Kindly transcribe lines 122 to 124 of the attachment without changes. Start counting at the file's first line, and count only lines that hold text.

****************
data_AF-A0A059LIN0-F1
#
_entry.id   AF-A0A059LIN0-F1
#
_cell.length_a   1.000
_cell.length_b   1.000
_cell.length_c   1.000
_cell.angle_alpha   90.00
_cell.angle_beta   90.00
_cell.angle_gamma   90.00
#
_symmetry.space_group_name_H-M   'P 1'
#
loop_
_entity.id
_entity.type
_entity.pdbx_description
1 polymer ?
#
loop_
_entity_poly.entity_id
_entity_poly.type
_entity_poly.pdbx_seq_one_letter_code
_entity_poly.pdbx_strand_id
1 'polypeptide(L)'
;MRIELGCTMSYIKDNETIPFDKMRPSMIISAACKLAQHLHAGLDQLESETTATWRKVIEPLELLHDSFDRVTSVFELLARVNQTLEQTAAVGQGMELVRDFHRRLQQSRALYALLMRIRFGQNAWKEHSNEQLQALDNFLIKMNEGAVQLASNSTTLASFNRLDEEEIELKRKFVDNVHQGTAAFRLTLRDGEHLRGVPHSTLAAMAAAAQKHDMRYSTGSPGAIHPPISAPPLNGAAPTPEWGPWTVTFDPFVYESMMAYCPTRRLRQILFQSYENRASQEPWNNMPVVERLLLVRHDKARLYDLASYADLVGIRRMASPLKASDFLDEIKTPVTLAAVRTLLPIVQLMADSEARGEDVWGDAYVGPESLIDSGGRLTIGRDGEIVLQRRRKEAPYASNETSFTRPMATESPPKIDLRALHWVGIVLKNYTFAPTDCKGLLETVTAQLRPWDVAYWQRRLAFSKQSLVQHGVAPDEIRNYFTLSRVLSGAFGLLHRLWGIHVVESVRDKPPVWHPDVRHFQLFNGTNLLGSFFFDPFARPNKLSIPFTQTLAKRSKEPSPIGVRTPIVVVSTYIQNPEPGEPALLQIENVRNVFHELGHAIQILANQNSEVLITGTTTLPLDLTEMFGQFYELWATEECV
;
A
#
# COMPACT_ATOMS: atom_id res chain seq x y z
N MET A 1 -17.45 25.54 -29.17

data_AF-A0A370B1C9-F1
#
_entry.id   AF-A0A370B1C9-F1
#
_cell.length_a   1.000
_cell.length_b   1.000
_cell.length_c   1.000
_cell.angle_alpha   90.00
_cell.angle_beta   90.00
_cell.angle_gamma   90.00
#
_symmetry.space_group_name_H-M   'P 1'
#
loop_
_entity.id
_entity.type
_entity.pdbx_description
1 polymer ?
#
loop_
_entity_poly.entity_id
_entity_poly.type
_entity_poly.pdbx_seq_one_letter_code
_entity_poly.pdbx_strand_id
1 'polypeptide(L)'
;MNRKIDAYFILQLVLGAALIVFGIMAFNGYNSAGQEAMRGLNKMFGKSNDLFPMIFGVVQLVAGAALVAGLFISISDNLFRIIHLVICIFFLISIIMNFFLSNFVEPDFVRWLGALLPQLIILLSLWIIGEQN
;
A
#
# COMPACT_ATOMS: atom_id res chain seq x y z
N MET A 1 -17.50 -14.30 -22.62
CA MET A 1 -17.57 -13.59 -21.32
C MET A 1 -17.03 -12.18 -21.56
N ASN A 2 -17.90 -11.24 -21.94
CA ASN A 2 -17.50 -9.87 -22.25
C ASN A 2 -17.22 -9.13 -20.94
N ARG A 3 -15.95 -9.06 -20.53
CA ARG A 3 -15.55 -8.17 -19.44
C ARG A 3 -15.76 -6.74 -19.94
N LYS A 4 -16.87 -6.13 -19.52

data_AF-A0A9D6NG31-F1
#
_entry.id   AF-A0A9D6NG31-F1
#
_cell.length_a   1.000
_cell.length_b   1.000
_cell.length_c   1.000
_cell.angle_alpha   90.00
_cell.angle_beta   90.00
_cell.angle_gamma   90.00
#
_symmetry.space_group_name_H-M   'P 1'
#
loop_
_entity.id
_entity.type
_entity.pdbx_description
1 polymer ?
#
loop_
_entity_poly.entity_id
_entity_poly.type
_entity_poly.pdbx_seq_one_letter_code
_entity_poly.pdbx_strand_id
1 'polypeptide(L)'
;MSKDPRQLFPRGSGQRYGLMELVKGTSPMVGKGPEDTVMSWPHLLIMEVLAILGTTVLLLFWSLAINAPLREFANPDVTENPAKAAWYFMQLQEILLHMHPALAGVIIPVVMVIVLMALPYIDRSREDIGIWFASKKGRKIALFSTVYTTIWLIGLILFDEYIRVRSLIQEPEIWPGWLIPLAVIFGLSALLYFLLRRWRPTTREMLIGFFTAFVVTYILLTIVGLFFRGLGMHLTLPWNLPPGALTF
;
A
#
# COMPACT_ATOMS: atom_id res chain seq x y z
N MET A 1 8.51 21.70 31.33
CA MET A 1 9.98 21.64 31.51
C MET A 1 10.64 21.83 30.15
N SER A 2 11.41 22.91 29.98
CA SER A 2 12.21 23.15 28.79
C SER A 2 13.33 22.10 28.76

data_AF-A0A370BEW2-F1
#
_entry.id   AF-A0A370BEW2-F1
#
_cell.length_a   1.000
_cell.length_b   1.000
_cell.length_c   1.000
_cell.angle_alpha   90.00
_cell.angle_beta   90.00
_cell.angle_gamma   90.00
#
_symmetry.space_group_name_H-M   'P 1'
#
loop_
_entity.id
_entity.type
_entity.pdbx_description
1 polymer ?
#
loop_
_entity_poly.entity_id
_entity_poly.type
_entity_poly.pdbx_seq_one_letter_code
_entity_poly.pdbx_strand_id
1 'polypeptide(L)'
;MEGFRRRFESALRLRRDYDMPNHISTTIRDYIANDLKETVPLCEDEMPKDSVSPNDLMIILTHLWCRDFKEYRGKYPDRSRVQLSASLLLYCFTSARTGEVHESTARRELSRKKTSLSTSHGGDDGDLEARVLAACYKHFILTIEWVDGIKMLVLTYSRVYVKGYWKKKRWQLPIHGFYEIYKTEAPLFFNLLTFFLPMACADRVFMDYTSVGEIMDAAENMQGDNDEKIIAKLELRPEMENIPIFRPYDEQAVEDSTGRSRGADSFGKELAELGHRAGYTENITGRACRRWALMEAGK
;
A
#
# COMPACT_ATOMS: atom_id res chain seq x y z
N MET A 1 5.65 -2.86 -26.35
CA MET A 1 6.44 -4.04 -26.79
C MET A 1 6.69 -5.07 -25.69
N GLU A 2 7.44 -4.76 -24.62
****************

_entity.id
_entity.type
_entity.pdbx_description